Document Type

Article

Publication Date

1-1-1991

Abstract

The face of American health care has changed since the creation of the two largest government funded health programs, Medicare and Medicaid. Whatever positive cultural benefits those programs have provided, they have carried with them one overwhelming defect: a language with obscure and untreatable words and phrases which has added to the mystery and impenetrability of the underlying substantive law. This article discusses Oregon’s proposal for prioritization, reviews legal arguments, a policy argument against the proposal, and finally concludes that any priority list that generalizes from condition-treatment pairs necessarily overgeneralizes, that the range of cost-utility ratios for any condition-treatment pair varies so widely that the application of a state formula is bound to fail. The solution is to evaluate conditions and treatments in terms of the more general goals of medicine, and, then, with much less categorization, to set priorities so that those goals can be best achieved.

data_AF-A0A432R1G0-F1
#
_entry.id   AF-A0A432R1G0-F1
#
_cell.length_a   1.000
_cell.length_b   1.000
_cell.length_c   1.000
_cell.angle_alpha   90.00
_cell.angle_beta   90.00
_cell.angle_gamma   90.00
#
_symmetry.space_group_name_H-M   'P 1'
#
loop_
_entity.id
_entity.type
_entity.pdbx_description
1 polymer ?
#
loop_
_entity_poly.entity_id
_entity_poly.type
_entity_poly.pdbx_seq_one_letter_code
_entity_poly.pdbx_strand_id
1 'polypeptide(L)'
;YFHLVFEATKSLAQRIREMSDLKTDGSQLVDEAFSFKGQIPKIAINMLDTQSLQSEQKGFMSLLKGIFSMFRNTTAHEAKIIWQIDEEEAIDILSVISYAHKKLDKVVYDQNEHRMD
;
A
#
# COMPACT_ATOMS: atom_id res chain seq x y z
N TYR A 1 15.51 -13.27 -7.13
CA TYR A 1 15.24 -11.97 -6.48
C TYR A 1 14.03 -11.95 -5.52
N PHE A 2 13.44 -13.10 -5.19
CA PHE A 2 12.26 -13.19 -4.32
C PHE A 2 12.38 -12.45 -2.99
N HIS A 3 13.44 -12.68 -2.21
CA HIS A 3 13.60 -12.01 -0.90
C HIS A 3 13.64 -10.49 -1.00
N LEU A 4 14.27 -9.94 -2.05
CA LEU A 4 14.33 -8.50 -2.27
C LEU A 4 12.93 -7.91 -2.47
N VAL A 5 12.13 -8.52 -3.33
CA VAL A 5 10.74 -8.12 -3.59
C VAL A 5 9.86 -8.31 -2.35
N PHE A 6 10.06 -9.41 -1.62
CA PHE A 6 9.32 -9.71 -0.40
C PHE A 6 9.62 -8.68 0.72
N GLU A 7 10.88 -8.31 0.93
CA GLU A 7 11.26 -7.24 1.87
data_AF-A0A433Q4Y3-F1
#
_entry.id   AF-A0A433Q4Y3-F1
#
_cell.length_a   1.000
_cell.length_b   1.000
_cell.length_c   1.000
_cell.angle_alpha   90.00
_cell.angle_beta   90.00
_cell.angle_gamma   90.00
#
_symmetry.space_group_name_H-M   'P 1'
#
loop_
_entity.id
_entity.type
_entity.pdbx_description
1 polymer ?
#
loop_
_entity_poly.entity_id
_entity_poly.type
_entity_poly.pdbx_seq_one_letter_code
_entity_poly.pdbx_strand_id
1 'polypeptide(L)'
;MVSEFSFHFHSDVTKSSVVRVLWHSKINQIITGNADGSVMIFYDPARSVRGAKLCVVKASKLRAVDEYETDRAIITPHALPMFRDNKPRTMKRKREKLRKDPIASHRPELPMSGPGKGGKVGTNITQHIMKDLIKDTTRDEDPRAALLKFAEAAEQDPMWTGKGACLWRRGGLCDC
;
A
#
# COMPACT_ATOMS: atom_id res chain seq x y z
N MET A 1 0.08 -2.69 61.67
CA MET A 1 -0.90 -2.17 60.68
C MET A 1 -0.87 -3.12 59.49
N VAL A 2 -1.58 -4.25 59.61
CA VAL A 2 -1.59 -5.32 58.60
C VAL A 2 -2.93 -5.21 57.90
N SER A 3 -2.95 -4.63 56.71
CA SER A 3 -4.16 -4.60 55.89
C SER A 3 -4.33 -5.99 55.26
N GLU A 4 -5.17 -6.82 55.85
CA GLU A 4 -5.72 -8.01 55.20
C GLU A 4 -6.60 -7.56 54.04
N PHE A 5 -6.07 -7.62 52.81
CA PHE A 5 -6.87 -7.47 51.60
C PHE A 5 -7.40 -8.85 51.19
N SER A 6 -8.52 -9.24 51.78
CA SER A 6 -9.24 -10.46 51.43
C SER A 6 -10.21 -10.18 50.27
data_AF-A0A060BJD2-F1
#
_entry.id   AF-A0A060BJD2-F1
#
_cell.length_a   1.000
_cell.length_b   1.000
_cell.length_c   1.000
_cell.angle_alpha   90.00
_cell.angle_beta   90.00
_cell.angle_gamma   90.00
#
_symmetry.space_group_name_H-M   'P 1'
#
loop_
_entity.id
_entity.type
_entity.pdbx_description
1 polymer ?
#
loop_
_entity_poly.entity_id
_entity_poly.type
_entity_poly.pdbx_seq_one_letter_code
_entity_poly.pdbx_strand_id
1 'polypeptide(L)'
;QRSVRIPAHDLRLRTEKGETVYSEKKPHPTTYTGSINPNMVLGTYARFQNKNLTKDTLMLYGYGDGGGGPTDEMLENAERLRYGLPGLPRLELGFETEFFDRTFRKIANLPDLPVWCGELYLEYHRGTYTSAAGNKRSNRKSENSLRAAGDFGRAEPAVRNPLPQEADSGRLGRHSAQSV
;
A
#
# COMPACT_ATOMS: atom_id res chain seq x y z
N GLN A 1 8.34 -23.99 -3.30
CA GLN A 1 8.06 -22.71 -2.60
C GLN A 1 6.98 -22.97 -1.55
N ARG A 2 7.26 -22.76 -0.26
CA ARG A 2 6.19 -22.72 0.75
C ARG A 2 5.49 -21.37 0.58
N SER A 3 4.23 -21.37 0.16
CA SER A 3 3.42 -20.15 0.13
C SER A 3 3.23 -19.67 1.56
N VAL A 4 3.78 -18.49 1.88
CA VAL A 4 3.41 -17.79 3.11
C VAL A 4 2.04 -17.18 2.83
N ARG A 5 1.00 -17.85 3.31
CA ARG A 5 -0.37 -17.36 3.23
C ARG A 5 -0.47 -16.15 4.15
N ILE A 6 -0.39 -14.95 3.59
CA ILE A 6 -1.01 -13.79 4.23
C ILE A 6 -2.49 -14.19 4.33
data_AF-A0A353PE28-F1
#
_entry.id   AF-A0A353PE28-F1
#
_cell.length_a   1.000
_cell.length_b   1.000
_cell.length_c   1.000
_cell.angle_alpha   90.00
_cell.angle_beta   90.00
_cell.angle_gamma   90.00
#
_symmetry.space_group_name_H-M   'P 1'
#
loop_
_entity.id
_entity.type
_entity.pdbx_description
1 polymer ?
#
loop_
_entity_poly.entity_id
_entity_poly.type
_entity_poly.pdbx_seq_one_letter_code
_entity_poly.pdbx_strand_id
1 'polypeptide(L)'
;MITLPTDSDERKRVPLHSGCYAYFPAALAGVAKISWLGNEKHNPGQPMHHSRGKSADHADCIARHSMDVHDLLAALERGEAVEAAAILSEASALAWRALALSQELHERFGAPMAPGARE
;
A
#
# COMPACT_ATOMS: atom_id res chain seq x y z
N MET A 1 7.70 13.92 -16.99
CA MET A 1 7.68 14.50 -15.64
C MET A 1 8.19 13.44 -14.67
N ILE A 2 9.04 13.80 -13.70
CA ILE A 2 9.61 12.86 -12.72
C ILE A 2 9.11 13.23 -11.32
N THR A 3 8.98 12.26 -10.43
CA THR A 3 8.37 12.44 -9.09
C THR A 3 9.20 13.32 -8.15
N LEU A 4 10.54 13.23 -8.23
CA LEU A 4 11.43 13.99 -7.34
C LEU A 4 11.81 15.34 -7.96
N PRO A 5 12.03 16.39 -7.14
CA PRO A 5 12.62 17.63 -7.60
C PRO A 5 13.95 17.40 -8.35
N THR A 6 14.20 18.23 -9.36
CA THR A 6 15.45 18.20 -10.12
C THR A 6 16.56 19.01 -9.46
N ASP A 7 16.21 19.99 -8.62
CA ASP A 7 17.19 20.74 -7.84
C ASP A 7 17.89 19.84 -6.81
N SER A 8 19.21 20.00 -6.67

Publication Title

St. Louis University Law Journal

Volume

35

First Page

837

Included in

Law Commons

Share

COinS
 
 

To view the content in your browser, please download Adobe Reader or, alternately,
you may Download the file to your hard drive.

NOTE: The latest versions of Adobe Reader do not support viewing PDF files within Firefox on Mac OS and if you are using a modern (Intel) Mac, there is no official plugin for viewing PDF files within the browser window.